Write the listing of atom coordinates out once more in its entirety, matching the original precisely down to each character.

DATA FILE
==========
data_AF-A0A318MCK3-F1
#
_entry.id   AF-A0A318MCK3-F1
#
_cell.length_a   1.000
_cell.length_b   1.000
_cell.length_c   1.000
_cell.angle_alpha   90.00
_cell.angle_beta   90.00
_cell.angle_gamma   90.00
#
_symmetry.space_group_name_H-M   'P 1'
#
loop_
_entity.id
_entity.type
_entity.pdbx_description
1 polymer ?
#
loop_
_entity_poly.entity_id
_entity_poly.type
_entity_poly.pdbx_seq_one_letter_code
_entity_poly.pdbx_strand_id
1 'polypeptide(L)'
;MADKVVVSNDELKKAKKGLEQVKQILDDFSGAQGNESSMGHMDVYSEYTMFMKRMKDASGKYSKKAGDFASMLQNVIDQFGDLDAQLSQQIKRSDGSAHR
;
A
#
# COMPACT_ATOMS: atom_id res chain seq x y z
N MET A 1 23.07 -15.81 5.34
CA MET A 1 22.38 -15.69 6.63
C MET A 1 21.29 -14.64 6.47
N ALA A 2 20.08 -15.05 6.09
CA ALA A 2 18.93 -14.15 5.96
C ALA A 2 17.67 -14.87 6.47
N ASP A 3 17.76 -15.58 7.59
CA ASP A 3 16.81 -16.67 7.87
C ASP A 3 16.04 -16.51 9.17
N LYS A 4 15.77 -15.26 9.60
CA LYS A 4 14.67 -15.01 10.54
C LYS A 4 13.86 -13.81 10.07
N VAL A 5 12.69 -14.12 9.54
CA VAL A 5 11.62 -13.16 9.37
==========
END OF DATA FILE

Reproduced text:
data_AF-A0A318MCK3-F1
#
_entry.id   AF-A0A318MCK3-F1
#
_cell.length_a   1.000
_cell.length_b   1.000
_cell.length_c   1.000
_cell.angle_alpha   90.00
_cell.angle_beta   90.00
_cell.angle_gamma   90.00
#
_symmetry.space_group_name_H-M   'P 1'
#
loop_
_entity.id
_entity.type
_entity.pdbx_description
1 polymer ?
#
loop_
_entity_poly.entity_id
_entity_poly.type
_entity_poly.pdbx_seq_one_letter_code
_entity_poly.pdbx_strand_id
1 'polypeptide(L)'
;MADKVVVSNDELKKAKKGLEQVKQILDDFSGAQGNESSMGHMDVYSEYTMFMKRMKDASGKYSKKAGDFASMLQNVIDQFGDLDAQLSQQIKRSDGSAHR
;
A
#
# COMPACT_ATOMS: atom_id res chain seq x y z
N MET A 1 23.07 -15.81 5.34
CA MET A 1 22.38 -15.69 6.63
C MET A 1 21.29 -14.64 6.47
N ALA A 2 20.08 -15.05 6.09
CA ALA A 2 18.93 -14.15 5.96
C ALA A 2 17.67 -14.87 6.47
N ASP A 3 17.76 -15.58 7.59
CA ASP A 3 16.81 -16.67 7.87
C ASP A 3 16.04 -16.51 9.17
N LYS A 4 15.77 -15.26 9.60
CA LYS A 4 14.67 -15.01 10.54
C LYS A 4 13.86 -13.81 10.07
N VAL A 5 12.69 -14.12 9.54
CA VAL A 5 11.62 -13.16 9.37